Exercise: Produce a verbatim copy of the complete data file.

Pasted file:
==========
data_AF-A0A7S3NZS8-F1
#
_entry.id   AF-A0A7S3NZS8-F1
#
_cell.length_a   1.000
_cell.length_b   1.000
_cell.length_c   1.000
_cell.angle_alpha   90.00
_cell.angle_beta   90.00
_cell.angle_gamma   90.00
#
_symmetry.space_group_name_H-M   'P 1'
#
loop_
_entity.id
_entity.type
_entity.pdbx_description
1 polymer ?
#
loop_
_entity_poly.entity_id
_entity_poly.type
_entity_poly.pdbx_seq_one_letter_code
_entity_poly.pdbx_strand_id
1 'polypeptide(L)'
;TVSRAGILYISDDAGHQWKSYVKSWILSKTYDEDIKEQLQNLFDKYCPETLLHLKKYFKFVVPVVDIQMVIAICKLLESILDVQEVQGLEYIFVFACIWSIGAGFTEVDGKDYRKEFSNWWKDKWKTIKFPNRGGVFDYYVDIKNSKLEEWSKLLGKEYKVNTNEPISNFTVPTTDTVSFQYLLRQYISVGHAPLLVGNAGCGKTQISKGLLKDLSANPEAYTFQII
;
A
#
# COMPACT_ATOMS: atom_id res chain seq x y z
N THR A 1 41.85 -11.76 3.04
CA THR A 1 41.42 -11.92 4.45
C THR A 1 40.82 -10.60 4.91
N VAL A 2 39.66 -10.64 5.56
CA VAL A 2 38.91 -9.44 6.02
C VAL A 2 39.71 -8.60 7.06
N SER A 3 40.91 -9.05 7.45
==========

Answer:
data_AF-A0A7S3NZS8-F1
#
_entry.id   AF-A0A7S3NZS8-F1
#
_cell.length_a   1.000
_cell.length_b   1.000
_cell.length_c   1.000
_cell.angle_alpha   90.00
_cell.angle_beta   90.00
_cell.angle_gamma   90.00
#
_symmetry.space_group_name_H-M   'P 1'
#
loop_
_entity.id
_entity.type
_entity.pdbx_description
1 polymer ?
#
loop_
_entity_poly.entity_id
_entity_poly.type
_entity_poly.pdbx_seq_one_letter_code
_entity_poly.pdbx_strand_id
1 'polypeptide(L)'
;TVSRAGILYISDDAGHQWKSYVKSWILSKTYDEDIKEQLQNLFDKYCPETLLHLKKYFKFVVPVVDIQMVIAICKLLESILDVQEVQGLEYIFVFACIWSIGAGFTEVDGKDYRKEFSNWWKDKWKTIKFPNRGGVFDYYVDIKNSKLEEWSKLLGKEYKVNTNEPISNFTVPTTDTVSFQYLLRQYISVGHAPLLVGNAGCGKTQISKGLLKDLSANPEAYTFQII
;
A
#
# COMPACT_ATOMS: atom_id res chain seq x y z
N THR A 1 41.85 -11.76 3.04
CA THR A 1 41.42 -11.92 4.45
C THR A 1 40.82 -10.60 4.91
N VAL A 2 39.66 -10.64 5.56
CA VAL A 2 38.91 -9.44 6.02
C VAL A 2 39.71 -8.60 7.06
N SER A 3 40.91 -9.05 7.45